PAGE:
I was outside India for more than three years. I wanted to live and enjoy at home for a few months, so I did not look for a job. I worked in a local firm where I had worked previously. The work here was similar to any law firm. Honestly, I did not enjoy much because I was not willing to work in a law firm but it was an effort to regain my legal know-how a bit which I became a bit ignorant to.

 

You left SLA and joined National Centre for Advocacy Studies at Pune as a Project Officer of Transparency and Accountability. How did the switch from SLA take place?

I was looking for an NGO based job after a few months and got this opportunity. I saw their advertisement and it suited me as I have worked on anti-corruption before I applied and got a call for interview for which I travelled to Pune. I cleared the interview and joined recently in August.

 

What does your current work profile at NCAS consists of? How is a typical workday like?

National Centre for Advocacy Studies (NCAS) is a social change resource centre working with social action groups, public interest professionals, and people from all over India and the Global South. NCAS engages a participatory, people-centred policy that enables people from all levels of the society to advocate for human rights and social justice. My profile currently deals with two projects; one is Mainstreaming Advocacy, where we act as resource people and educate people/organization/students about advocacy and its modules. Secondly, I am also working in the issues of Urban Poor, where we focus on the concept of the 100 smart cities which the Modi government has promised and see how it includes the BPL population in these schemes. When we build a good city it must be with the inclusion of the poor and marginalized and not by excluding them.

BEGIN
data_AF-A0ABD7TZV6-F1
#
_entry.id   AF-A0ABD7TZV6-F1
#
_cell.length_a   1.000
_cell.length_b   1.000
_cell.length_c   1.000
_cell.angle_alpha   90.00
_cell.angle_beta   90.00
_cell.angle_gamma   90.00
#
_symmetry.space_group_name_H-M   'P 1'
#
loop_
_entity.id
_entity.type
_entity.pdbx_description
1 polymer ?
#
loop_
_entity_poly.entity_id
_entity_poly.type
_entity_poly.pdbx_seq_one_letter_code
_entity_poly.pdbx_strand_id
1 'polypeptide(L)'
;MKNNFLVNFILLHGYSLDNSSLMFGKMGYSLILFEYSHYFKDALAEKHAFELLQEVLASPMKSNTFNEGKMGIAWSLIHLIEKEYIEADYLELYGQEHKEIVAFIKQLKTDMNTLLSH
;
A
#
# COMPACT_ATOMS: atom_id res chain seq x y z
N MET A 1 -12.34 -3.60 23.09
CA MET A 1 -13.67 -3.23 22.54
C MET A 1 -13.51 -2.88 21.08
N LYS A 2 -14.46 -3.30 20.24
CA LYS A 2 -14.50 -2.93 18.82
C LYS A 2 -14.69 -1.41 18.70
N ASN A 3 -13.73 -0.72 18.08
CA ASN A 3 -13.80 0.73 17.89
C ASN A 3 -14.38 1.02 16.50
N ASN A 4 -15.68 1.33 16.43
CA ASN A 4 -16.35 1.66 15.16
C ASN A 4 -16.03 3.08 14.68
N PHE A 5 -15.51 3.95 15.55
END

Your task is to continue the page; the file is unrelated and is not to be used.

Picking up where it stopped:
NCAS recently celebrated its 20 years and has been dedicated to work for the marginalized. I request the reader to read about us on our website http://www.ncasindia.org/